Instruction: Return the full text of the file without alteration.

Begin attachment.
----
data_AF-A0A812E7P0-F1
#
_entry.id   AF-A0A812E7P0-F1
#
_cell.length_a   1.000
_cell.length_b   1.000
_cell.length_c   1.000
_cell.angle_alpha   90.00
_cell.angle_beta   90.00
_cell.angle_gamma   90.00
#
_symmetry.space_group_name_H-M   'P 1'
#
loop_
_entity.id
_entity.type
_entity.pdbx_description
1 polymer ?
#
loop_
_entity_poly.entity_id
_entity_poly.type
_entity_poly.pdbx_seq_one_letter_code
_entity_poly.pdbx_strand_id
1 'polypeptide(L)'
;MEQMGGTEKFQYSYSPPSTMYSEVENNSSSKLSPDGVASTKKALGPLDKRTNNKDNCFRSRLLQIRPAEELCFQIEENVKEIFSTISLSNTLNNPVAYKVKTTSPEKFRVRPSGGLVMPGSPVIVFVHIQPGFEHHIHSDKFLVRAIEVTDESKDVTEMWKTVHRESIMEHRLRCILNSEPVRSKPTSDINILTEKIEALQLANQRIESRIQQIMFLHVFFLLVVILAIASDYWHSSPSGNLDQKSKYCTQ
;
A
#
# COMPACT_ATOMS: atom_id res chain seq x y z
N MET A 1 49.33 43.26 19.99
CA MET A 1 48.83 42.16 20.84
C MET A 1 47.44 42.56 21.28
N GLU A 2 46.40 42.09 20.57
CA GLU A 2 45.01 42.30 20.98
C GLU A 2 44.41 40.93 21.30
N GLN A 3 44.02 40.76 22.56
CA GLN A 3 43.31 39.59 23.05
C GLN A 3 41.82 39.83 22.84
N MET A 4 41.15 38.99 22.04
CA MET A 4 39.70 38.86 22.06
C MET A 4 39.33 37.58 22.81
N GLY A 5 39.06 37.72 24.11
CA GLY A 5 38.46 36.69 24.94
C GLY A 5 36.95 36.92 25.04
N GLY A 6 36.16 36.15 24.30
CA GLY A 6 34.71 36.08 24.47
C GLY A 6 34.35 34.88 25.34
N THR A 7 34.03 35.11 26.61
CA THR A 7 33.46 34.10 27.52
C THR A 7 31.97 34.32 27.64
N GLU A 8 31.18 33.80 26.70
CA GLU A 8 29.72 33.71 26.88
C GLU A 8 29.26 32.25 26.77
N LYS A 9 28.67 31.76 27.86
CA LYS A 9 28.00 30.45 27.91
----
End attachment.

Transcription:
data_AF-A0A812E7P0-F1
#
_entry.id   AF-A0A812E7P0-F1
#
_cell.length_a   1.000
_cell.length_b   1.000
_cell.length_c   1.000
_cell.angle_alpha   90.00
_cell.angle_beta   90.00
_cell.angle_gamma   90.00
#
_symmetry.space_group_name_H-M   'P 1'
#
loop_
_entity.id
_entity.type
_entity.pdbx_description
1 polymer ?
#
loop_
_entity_poly.entity_id
_entity_poly.type
_entity_poly.pdbx_seq_one_letter_code
_entity_poly.pdbx_strand_id
1 'polypeptide(L)'
;MEQMGGTEKFQYSYSPPSTMYSEVENNSSSKLSPDGVASTKKALGPLDKRTNNKDNCFRSRLLQIRPAEELCFQIEENVKEIFSTISLSNTLNNPVAYKVKTTSPEKFRVRPSGGLVMPGSPVIVFVHIQPGFEHHIHSDKFLVRAIEVTDESKDVTEMWKTVHRESIMEHRLRCILNSEPVRSKPTSDINILTEKIEALQLANQRIESRIQQIMFLHVFFLLVVILAIASDYWHSSPSGNLDQKSKYCTQ
;
A
#
# COMPACT_ATOMS: atom_id res chain seq x y z
N MET A 1 49.33 43.26 19.99
CA MET A 1 48.83 42.16 20.84
C MET A 1 47.44 42.56 21.28
N GLU A 2 46.40 42.09 20.57
CA GLU A 2 45.01 42.30 20.98
C GLU A 2 44.41 40.93 21.30
N GLN A 3 44.02 40.76 22.56
CA GLN A 3 43.31 39.59 23.05
C GLN A 3 41.82 39.83 22.84
N MET A 4 41.15 38.99 22.04
CA MET A 4 39.70 38.86 22.06
C MET A 4 39.33 37.58 22.81
N GLY A 5 39.06 37.72 24.11
CA GLY A 5 38.46 36.69 24.94
C GLY A 5 36.95 36.92 25.04
N GLY A 6 36.16 36.15 24.30
CA GLY A 6 34.71 36.08 24.47
C GLY A 6 34.35 34.88 25.34
N THR A 7 34.03 35.11 26.61
CA THR A 7 33.46 34.10 27.52
C THR A 7 31.97 34.32 27.64
N GLU A 8 31.18 33.80 26.70
CA GLU A 8 29.72 33.71 26.88
C GLU A 8 29.26 32.25 26.77
N LYS A 9 28.67 31.76 27.86
CA LYS A 9 28.00 30.45 27.91